Compare the Heroes of Might and Magic series with each incarnation, and the expansions. The expansions offer new movies, new stories, new characters, new units, new weapons and equipment. Even new graphics tweaks. Each sequel however, offered engine improvements, new strategic elements, new tactic changes…

    The same applies for Warcraft 1-3, and the expansions they had. Each series ‘tick’ is considerably different from the expansion additions. Even with Diablo, compare expansion vs sequel.

    L4D2 looks like an expansion selling for retail. It’s annoying, but I’ll probably end up getting it anyways.

    (Don’t get me started on the sports games. Idiots (yeah, I went there) who buy the yearly game is wrecking it for everyone else, since monolithic corporations see they can make money doing nothing more than updating stats (so-and-so are now on THIS team!) and making graphics look ever so much more like the real thing.)

  24. briatx says:

    “So we'll do the same thing (as Team Fortress 2) with Left 4 Dead where we'll have the initial release and then we'll release more movies, more characters, more weapons, unlockables, achievements, because that's the way you continue to grow a community over time.”

    Ah, so I think one of the reasons that people are so upset is that the content being promised for L4D2 is exactly the kind of content they expected to get for free for L4D. And they *have* gotten at least some of this type of content for TF2. Your question still stands of course, Shamus: If this is the kind of content the fans expect for free then what kind of content do they think it’s fair to charge for?

    In some ways, I think Valve is the victim of their own good reputation here. People really expected them to add new maps, characters, weapons, etc. for free when they would not have expected anything like that from any other developer, (even if the head of said hypothetical developer had delivered Gabe’s quote above). Maybe the fans have an entitlement issue, but if so it’s because Valve has trained them to expect a level of polish and support they wouldn’t expect from others.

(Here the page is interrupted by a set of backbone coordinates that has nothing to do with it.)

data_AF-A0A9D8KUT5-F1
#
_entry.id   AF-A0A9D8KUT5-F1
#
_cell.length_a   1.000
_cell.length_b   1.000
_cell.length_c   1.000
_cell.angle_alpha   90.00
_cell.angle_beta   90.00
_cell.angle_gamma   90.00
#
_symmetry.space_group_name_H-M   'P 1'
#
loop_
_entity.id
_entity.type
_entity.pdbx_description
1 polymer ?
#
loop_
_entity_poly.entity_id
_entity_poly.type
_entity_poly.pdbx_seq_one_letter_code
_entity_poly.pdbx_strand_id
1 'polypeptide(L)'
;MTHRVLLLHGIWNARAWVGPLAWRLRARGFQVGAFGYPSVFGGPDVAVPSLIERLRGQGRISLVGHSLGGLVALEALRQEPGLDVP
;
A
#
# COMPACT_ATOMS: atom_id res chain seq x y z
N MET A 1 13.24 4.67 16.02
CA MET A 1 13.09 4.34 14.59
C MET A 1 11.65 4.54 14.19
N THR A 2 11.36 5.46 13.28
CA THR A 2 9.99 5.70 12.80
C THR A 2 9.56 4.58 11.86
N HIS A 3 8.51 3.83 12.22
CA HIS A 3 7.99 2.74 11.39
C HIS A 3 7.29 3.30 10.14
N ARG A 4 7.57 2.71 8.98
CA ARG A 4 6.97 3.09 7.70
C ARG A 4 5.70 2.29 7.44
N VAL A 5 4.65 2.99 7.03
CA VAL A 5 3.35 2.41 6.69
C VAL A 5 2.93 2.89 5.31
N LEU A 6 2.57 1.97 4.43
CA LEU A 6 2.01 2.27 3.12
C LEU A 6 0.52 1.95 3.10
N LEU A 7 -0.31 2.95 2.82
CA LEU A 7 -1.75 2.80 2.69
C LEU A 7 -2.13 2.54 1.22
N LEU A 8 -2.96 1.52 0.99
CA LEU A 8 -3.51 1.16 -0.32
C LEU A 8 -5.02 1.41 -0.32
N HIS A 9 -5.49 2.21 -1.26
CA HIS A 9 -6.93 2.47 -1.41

Also, I think that because Valve is usually so slow and because they are relatively small developer, there is a sense that this is a zero sum game. If they’re working on L4D2, then they *aren’t* working on DLC for L4D, and they *aren’t* working on Episode 3, and they *aren’t* working on Portal 2. The fans are waiting for a lot from valve, and this is what they’re working on?

  25. Lupis42 says:


    What quote for L4D? (EDIT: This? http://www.videogamer.com/news/valve_details_post_left_4_dead_launch_plans.html)

    I’ve been a little confused by this whole thing as well, partly because what I’ve heard (from the rumor mill, not reliable sources) is that part of the reason that L4D2 is a new game and not free DLC is that there are contractual limits on the amount of free DLC that can be offered for a 360 game.

  26. BaCoN says:

    Actually, Jeff, I think I can kinda see what you’re getting at, and I kinda even get behind it, there. L4D2 IS almost expansion sounding, but what do you call it? Left 4 Dead: The Redeadening?

    Is it still worth the price at that point, though, is the real question? $60 IS a lot for an expansion(we’ll call this an ‘alternate’ game), but the original isn’t required for the SeqSpansion(I read that as Sexspansion, I should probably come up with something better), which is a selling point for people who are new.

    But for return customers, $60 is, actually a lot for more of the same with different tricks, I suppose.

  27. Vladius says:

    I think his name might be in reference to the SR-71 Blackbird, an awesome retired spy plane.

    Other than that, I completely agree with your article. How all of you people find the time to write these gigantic blocks of text about things of such little consequence is a mystery to me.